thats what im gonna get, im also going for the tech (nocode) lisc, and doing the mod after that.
I want to tank JC and Many others who posted in the Shop area about it, i did search for race radio and nothing good came up, but he bumped it and i got quite a bit of info that i have been searching for, for some time.
no i realize that, the BB is ment for people who pay for the bandwith, im going to actually try to install a small switch so that if i have my friends or something iwth me, they wont try talking to cops or anything else.. it still would be nice to have the tech lisc.. atleast i feel im somewhat ok.
I have a Kenwood TMV7a and have had no problems with it. It is a dual band transciever with dual recieve. You can monitor your race freq as well as the weatherman or scan race channels or whatever. It is modified (I had it done for $50). The work is warrantied. PM me if you have any questions on that.
It is ILLEGAL for any amatuer (ham) radio to be modified in any way. It is also against FCC regs to use an amatuer band radio for business or professional use (like racing). However, many people do including myself.
About the license - if you are planning on using the amatuer radio for amatuer use, you have get a license. I have a no code license and use repeaters (autopatch) all around the sountern cali area (free). There are "open" repeaters all over the country. There are some in mex also. Also, if you are planning on taking a course for your license, I would not recommed it. They are expensive and you can just purchase the books and study yourself. I paid $6.25 for taking my test and about $12 on books. Good luck.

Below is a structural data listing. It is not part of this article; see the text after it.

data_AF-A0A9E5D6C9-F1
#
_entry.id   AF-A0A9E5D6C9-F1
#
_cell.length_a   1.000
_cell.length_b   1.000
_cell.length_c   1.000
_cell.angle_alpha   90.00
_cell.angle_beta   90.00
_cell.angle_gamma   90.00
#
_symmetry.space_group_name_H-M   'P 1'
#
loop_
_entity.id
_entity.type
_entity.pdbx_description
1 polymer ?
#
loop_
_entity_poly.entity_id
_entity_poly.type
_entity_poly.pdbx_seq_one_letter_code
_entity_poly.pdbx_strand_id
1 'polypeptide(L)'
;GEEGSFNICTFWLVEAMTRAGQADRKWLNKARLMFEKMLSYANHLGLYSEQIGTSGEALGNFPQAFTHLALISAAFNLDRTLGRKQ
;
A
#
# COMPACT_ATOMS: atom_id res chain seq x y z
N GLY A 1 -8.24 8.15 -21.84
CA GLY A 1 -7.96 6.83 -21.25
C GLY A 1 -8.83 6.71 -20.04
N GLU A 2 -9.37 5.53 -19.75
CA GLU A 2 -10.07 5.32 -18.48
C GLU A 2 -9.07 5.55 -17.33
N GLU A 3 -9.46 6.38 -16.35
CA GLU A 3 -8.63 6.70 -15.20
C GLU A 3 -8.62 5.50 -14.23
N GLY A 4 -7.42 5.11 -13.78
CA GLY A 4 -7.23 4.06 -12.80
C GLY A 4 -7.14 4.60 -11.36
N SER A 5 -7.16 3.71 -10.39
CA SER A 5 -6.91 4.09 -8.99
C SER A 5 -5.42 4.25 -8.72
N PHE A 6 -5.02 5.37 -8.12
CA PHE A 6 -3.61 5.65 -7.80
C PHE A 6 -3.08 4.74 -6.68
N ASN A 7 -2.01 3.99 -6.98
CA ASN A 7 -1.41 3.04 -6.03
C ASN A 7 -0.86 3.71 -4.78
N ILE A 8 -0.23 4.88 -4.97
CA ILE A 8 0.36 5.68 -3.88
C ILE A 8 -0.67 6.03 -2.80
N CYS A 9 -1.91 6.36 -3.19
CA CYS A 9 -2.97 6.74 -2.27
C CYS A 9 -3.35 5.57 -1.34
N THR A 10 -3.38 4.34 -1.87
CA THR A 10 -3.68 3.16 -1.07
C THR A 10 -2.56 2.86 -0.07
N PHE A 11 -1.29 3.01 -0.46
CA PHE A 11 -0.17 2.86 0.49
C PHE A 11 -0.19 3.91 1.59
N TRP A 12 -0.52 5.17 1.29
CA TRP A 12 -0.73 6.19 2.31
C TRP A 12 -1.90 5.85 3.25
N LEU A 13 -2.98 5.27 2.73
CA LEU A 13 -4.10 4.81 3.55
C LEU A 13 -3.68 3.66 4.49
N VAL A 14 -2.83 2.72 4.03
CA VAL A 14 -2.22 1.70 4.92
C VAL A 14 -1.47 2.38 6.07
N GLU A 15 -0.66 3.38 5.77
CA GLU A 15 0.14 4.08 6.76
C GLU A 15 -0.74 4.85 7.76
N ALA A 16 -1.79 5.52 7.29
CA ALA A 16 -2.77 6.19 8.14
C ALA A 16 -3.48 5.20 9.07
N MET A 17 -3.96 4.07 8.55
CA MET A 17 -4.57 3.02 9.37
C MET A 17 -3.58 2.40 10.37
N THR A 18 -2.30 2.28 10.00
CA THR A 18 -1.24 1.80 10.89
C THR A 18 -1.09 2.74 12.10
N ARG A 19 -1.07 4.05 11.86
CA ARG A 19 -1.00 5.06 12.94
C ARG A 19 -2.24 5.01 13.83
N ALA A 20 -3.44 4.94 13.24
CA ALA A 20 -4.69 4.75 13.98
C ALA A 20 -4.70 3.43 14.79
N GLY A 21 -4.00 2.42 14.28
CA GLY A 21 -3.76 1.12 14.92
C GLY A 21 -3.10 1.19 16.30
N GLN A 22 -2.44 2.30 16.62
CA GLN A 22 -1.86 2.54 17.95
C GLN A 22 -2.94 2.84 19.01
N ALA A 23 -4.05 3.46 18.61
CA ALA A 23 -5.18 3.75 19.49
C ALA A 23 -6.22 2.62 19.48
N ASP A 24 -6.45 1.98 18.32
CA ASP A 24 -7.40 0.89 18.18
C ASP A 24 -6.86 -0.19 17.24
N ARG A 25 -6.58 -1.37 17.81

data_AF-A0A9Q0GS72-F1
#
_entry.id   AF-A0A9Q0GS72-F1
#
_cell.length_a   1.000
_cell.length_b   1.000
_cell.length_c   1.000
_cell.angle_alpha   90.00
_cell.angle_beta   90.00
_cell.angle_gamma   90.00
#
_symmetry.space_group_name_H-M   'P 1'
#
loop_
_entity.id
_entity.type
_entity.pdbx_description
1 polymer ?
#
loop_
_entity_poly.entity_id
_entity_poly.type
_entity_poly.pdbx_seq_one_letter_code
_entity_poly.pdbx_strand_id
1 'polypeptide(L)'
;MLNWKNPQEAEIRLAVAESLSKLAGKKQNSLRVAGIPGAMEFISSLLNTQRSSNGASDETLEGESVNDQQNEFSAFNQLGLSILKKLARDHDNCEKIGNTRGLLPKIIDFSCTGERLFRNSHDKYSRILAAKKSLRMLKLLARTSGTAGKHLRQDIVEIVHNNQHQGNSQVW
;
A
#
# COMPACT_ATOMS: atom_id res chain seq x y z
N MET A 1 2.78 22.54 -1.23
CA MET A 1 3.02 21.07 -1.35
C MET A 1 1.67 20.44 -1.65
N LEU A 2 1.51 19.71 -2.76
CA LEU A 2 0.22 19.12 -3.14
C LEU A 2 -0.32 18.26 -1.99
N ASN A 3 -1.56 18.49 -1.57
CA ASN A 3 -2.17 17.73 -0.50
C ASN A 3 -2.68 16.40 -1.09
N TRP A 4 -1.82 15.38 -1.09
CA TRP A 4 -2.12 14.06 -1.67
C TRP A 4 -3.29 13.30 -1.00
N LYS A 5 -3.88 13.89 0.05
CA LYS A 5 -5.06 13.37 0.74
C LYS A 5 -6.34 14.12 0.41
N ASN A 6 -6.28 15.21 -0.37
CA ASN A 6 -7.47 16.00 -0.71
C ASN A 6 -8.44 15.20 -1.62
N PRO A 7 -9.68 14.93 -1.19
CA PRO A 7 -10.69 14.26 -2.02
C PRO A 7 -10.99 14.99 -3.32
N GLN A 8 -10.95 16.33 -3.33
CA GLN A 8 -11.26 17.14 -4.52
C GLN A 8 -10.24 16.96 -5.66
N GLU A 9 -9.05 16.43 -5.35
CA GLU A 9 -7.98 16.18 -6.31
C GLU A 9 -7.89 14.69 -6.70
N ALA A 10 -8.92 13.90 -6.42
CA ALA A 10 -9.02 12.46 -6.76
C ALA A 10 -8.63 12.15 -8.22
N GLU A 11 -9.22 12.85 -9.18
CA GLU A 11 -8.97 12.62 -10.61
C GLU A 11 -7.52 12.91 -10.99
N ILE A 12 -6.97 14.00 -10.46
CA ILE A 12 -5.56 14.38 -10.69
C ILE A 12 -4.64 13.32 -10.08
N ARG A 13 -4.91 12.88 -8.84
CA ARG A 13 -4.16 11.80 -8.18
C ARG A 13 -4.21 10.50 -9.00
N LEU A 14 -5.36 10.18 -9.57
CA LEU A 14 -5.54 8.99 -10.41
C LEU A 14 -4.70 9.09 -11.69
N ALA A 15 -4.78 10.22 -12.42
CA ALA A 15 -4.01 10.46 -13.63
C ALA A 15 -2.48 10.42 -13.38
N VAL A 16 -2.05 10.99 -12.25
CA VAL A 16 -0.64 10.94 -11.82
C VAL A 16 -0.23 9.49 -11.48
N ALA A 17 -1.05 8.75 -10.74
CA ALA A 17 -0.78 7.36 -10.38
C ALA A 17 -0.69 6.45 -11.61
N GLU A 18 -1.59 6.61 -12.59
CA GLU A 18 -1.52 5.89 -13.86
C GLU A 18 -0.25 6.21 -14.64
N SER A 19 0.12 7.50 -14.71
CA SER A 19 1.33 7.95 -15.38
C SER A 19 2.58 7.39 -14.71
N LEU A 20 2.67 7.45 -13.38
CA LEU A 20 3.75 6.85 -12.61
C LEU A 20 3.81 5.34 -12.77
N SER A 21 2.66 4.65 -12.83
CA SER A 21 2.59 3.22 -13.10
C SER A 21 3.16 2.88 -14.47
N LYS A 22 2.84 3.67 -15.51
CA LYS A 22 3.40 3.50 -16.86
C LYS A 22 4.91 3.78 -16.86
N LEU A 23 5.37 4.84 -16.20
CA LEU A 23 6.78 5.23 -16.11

I have a cheap Kenwood in my F-350 and a nice Vertex in the prerunner. Both have the same RF power. The F-350 has a better ground plane with a "center of roof" mount in the steel. The prerunner's antenna is on the back corner of the roof section of the cage. Both rigs have perfectly matched antenna and coax. The Vertex in the prerunner outperforms the Kenwood in a very significant way.
And that significant way would be audio from the speaker. The little speakers in the ham radios suck for high noise areas, so you need to buy an add on speaker. Other then that, there will be no difference in the transmit distance if all other parameters are equal. Coax length is also important to keep it in multiples of the operating freq. and good connections. Avoid magmounts, they do not provide adequate ground.
The "significant difference" is simply better reception and what appears to be a lot more power when on our frequency
I may be able to shed some actual scientific light on that scenario. While tuning an antenna for a brand new Kenwood 261A with a wattmeter (not SWR), the Kenwood put out about 47 watts (powered through cig socket). This was an unaltered radio on an actual HAM band; a band the radio was built for.
When I tuned to a 15X.XXX freq, the output wattage dropped significantly. The antenna was shortened to optimize it's use at this higher freq. The output wattage remained at this lower figure (about 35 watts). I suspect this is due to the radio operating outside of design parameters. Perhaps tweeking the VCO would get this back where we'd like it. I don't have a service manual, so I haven't messed with it.
This would explain why the radio performs perfectly in the HAM bands, while possibly putting out less power in the higher business bands.
This I can see, and would be different for all radios operating out of their original range. This may not be enough of an issue with some radios. Especially when you are talking about a radio that is used a few times a year, may need to be reprogrammed for new freq. (not free on a business band radio) and cost about twice as much.
I hate to see people pay for more then they need but I guess that goes along the lines of people building a trophy truck to use as a grocery getter.